GIRMA ASMEROM TESFAY (Eritrea) said the two justifications for imposing sanctions on his country were alleged support for Al Shabaab in Somalia and the dispute with Djibouti. The Monitoring Group had found no evidence of support for Al Shabaab, whereas Eritrea and Djibouti had asked Qatar to mediate their dispute. As the reasons for imposing sanctions were non existent, the logical action for the Council should have been to lift them immediately and unconditionally, and to end Monitoring Group's activities. However, the Council had sadly decided to extend the sanctions for another year, he said, adding that sanctions affected the poor and restricted Eritrea's ability to defend its sovereignty.

Referring to a press release from Eritrea's Ministry of Foreign Affairs, he said the Council had, despite the objections of some of its members, opted to extend the sanctions under pressure from the United States and its usual allies, while invoking non existent facts in its desire imitation van earrings to punish Eritrea. Meanwhile, Ethiopia continued to occupy parts of Eritrea in violation of Council resolutions, he said. That country enjoyed the protection of the United States, adding that, in the short term, his country and the region would suffer the effects of unwarranted United Nations actions. In the long term, however, international law as well as regional peace and security would be the victims.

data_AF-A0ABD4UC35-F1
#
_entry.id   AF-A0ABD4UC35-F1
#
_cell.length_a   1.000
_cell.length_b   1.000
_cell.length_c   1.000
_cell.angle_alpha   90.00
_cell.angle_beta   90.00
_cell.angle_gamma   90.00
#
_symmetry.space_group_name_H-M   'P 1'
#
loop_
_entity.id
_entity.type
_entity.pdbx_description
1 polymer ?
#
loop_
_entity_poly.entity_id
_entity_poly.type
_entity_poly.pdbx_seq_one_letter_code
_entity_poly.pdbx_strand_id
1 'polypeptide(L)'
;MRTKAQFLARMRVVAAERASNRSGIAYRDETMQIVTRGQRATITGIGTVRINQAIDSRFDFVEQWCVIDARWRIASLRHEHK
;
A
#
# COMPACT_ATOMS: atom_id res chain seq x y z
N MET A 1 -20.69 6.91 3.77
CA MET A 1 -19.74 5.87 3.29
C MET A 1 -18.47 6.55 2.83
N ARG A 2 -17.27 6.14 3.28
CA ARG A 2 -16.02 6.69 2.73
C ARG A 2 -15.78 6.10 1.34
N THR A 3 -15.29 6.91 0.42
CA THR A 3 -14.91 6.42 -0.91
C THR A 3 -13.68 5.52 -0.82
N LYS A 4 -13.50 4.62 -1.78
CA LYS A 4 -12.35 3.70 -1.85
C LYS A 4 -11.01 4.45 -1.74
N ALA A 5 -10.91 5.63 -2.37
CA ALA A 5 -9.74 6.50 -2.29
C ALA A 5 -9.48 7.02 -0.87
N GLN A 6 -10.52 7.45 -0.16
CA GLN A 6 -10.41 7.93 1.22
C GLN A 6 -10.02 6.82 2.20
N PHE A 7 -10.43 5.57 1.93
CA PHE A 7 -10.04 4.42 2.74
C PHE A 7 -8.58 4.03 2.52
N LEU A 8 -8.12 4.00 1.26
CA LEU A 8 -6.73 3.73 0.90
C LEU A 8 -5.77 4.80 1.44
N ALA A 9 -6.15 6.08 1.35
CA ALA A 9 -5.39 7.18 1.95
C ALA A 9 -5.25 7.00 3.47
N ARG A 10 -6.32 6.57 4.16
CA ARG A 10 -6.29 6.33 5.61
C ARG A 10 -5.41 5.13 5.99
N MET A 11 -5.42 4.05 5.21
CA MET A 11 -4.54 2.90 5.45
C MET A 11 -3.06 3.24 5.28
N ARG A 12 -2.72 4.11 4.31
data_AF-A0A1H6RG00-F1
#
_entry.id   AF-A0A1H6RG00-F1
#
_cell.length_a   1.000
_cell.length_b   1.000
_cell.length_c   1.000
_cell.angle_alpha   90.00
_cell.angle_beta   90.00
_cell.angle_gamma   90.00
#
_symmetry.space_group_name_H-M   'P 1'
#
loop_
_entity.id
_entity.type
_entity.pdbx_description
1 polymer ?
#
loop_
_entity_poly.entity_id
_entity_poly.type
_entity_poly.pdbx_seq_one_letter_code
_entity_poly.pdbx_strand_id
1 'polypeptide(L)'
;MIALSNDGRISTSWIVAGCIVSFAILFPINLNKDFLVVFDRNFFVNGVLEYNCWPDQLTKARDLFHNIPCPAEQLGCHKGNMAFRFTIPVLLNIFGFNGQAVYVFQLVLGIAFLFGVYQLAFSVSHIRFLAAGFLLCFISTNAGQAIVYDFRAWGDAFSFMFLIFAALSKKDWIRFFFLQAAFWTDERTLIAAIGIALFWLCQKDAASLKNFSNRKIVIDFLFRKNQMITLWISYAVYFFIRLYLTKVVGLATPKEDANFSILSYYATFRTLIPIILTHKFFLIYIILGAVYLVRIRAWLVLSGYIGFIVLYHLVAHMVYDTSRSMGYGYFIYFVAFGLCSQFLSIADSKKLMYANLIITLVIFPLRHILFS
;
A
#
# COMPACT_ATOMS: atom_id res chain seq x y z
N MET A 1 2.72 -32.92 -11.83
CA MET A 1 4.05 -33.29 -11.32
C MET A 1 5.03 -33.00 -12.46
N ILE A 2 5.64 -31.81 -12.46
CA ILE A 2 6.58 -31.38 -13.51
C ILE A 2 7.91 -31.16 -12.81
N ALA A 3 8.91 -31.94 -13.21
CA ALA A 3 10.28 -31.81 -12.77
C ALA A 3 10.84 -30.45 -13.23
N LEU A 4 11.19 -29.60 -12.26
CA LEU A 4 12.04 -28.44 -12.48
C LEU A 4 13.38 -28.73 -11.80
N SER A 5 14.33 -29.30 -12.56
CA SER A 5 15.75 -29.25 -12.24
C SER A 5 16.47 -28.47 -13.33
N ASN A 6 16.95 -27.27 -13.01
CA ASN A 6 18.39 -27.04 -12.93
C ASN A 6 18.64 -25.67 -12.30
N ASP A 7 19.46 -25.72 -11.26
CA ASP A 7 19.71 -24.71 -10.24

"Recalling all its previous resolutions and statements of its President on the situation in Somalia and Eritrea, in particular resolutions 733 (1992), 1844 (2008), 1907 (2009), 2036 (2012), 2023 (2011), 2093 (2013), 2111 (2013), 2124 (2013), 2125 (2013), 2142 (2014), and 2182 (2014),

"Taking note of the final reports of the Somalia and Eritrea Monitoring Group (the SEMG) (on Somalia (S/2015801) and Eritrea (S/2015/802)) and their conclusions on the situations in both Somalia and Eritrea,

"Reaffirming its respect for the sovereignty, territorial integrity, political independence and unity of Somalia, Djibouti and Eritrea respectively,

"Condemning any flows of weapons and ammunition supplies to and through Somalia in violation of the arms embargo on Somalia and to Eritrea in violation of the arms embargo on Eritrea, as a serious threat to peace and stability in the region,

"Expressing concern that Al Shabaab continues to pose a serious threat to the peace and stability of Somalia and the region,

"Welcoming the improved relationship between the Federal Government of Somalia (FGS) and the SEMG, and underlining the importance of this relationship improving further and strengthening in the future,